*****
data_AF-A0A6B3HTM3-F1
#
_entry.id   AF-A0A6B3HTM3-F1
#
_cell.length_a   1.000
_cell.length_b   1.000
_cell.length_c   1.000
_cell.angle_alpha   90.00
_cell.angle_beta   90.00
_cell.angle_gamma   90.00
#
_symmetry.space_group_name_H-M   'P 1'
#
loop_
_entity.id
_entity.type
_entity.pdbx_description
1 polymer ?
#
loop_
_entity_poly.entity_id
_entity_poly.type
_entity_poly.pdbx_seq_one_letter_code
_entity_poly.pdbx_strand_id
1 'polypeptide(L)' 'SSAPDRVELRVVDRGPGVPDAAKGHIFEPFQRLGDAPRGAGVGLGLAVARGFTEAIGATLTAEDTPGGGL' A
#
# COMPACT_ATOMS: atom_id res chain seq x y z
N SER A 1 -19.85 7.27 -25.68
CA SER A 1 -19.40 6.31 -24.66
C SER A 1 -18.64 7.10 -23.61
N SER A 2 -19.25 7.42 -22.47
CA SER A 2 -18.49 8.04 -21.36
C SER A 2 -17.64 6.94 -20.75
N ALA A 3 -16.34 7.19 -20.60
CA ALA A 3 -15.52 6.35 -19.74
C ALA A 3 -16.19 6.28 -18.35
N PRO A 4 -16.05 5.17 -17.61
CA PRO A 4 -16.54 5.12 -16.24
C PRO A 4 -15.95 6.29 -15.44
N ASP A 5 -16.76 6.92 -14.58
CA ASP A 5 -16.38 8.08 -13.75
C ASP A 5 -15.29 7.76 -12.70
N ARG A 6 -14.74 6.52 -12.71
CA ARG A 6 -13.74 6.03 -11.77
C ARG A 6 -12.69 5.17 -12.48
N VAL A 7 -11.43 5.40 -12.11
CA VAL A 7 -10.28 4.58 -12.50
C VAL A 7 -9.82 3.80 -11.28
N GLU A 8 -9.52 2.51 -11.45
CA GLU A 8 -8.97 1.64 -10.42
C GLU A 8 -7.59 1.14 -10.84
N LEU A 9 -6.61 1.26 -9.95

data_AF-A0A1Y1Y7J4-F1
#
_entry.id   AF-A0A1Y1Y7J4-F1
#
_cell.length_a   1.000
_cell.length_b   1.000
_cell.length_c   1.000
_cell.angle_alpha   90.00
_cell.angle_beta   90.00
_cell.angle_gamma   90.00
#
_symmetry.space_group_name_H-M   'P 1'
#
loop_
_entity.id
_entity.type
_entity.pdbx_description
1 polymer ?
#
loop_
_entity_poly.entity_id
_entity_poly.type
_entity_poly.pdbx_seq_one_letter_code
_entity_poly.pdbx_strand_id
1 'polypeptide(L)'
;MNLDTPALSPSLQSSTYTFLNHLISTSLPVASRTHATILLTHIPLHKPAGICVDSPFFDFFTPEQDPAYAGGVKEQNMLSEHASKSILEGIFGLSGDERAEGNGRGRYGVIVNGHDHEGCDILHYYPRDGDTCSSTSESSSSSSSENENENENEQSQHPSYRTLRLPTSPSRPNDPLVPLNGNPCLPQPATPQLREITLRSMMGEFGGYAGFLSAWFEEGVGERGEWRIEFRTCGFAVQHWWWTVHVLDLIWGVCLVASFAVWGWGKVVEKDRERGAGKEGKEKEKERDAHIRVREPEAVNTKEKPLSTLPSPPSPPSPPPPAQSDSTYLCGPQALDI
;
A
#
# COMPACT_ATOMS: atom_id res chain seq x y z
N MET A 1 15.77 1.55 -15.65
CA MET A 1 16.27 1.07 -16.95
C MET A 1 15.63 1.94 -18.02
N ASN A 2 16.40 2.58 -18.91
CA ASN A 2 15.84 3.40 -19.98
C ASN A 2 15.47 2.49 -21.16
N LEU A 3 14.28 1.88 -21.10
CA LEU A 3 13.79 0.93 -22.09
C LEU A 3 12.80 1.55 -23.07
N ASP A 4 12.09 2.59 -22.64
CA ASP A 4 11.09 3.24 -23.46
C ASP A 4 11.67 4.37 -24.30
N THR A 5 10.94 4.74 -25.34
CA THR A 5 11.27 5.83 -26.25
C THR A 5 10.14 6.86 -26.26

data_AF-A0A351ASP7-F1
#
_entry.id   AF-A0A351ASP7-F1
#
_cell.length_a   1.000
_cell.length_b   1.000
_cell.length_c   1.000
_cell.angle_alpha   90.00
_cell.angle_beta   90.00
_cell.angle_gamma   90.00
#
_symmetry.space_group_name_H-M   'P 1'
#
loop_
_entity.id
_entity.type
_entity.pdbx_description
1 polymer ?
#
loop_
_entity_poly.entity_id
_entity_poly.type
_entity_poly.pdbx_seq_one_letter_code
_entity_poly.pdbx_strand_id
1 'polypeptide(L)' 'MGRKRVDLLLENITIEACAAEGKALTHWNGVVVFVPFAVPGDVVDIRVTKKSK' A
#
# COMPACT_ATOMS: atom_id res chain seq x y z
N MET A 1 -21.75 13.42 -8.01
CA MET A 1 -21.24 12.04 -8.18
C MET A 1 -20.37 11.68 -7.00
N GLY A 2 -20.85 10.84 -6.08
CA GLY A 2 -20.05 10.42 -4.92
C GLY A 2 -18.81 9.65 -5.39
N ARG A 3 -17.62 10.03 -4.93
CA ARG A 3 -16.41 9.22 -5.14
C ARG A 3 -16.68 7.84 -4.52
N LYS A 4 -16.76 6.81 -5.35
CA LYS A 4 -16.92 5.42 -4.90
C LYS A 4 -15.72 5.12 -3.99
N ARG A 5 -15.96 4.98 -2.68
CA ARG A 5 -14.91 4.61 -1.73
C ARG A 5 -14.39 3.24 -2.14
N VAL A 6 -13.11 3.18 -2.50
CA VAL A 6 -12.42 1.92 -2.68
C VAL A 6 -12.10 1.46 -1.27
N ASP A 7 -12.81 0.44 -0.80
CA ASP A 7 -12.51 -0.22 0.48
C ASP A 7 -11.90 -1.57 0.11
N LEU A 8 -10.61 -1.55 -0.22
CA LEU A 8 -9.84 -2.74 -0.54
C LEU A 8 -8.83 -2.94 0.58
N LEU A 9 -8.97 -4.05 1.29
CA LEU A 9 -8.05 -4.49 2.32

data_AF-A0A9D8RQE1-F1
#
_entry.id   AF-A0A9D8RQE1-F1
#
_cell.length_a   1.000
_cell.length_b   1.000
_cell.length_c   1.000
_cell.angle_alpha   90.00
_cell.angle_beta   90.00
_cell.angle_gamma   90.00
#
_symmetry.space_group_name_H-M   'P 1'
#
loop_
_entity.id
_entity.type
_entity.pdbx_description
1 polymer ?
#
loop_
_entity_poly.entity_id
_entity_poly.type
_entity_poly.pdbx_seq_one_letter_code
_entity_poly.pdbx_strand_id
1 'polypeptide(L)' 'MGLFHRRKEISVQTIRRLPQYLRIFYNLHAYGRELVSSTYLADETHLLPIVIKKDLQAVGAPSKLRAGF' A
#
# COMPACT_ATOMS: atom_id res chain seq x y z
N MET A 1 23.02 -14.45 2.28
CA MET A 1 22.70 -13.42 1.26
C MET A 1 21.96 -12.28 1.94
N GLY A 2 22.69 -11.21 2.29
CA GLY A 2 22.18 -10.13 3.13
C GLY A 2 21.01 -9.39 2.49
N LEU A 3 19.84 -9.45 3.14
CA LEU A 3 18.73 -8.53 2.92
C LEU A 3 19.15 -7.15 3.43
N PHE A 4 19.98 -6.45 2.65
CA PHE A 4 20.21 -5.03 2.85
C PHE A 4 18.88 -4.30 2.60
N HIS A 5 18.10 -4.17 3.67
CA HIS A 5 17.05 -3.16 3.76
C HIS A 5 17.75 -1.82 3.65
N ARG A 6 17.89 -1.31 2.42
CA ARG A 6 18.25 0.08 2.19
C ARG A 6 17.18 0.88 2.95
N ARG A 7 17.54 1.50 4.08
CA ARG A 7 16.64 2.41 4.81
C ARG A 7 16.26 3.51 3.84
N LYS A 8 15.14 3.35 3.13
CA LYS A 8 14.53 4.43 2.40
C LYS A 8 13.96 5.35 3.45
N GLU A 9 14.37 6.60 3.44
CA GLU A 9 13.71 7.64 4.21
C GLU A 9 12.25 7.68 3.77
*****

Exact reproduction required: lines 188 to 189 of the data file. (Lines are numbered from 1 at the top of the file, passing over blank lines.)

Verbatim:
CA PHE A 4 20.21 -5.03 2.85
C PHE A 4 18.88 -4.30 2.60